Editor’s note: This is part IV of a series looking at the homeless population and issues in Auburn.
In 1990, Jessica’s Bartholow’s family became homeless when they were evicted from their east Auburn home. Bartholow, who is now a legislative advocate at the Western Center on Law and Poverty in Sacramento, believes the same issues that caused her family’s homelessness more than 20 years ago are still the cause of Auburn’s homelessness today.
“My mom was fully employed,” Bartholow said. “She worked as a seamstress and did ironing piecemeal from home.”
Bartholow’s father, however, was a veteran who suffered from Post Traumatic Stress Disorder, and at the time of the eviction hadn’t been able to hold down a job for several years.
No one in Bartholow’s family had healthcare, and at her first doctor’s visit in more than a decade, other than the emergency room, Bartholow’s mother was diagnosed with terminal cancer.
“Life expectancy is not great for people who experience homelessness,” Bartholow said. “There is a real human cost.”
The rates of physical ailments are higher among the homeless than the general population, according to the National Institute of Health, and a study conducted by Marbut Consulting found that Placer County’s rate of chronic homelessness, at 27 percent, is much higher than the national average.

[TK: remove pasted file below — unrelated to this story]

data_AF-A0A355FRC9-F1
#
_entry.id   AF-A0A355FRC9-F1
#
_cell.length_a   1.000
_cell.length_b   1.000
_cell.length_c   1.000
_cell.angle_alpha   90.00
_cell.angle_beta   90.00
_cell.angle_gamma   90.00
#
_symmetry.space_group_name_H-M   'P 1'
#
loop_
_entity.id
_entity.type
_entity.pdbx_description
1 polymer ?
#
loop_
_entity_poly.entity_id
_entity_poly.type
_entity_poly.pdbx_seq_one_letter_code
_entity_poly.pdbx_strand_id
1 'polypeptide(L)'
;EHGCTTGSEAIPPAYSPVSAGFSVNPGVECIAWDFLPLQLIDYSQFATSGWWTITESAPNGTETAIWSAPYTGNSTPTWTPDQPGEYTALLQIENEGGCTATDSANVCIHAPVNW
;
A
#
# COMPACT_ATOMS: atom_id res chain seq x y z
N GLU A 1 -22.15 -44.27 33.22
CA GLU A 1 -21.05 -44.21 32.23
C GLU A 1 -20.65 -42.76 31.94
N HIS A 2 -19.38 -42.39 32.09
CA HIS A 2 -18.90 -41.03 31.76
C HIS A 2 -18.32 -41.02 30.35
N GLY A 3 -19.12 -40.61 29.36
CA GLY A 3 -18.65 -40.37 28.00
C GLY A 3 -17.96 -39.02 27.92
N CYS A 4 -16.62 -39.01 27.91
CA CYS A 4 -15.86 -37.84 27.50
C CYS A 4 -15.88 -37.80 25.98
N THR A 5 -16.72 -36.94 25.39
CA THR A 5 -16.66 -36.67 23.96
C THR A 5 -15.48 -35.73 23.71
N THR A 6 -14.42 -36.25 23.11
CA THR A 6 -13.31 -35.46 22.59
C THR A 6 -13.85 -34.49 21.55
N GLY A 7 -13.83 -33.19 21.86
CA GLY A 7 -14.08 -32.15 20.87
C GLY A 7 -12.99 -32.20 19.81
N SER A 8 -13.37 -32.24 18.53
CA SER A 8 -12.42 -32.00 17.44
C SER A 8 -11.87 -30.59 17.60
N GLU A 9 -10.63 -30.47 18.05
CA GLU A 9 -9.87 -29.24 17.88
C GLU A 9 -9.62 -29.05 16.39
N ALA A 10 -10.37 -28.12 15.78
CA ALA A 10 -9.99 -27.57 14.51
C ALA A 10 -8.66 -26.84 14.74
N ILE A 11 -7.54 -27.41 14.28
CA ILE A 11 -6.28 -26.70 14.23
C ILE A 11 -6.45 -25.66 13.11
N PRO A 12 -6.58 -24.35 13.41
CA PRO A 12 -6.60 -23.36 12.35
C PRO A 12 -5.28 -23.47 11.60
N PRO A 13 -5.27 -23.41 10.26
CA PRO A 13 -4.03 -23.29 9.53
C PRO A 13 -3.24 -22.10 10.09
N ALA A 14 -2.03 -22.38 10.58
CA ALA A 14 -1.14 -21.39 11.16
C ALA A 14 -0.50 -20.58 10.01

The study also found that today’s homeless population in Auburn, like Bartholow’s family, struggles with mental health issues, job retention, and that close 82 percent of the population became homeless while living in Placer County.
“It’s important that people know that those who are (homeless in Auburn) have roots there. They want to remain there, and they want to be part of the community there, too,” Bartholow said. “The simple fact is that we are not going to get rid of homelessness by making it illegal. There’s only one way to fix the problem, and that’s to make sure people have homes.”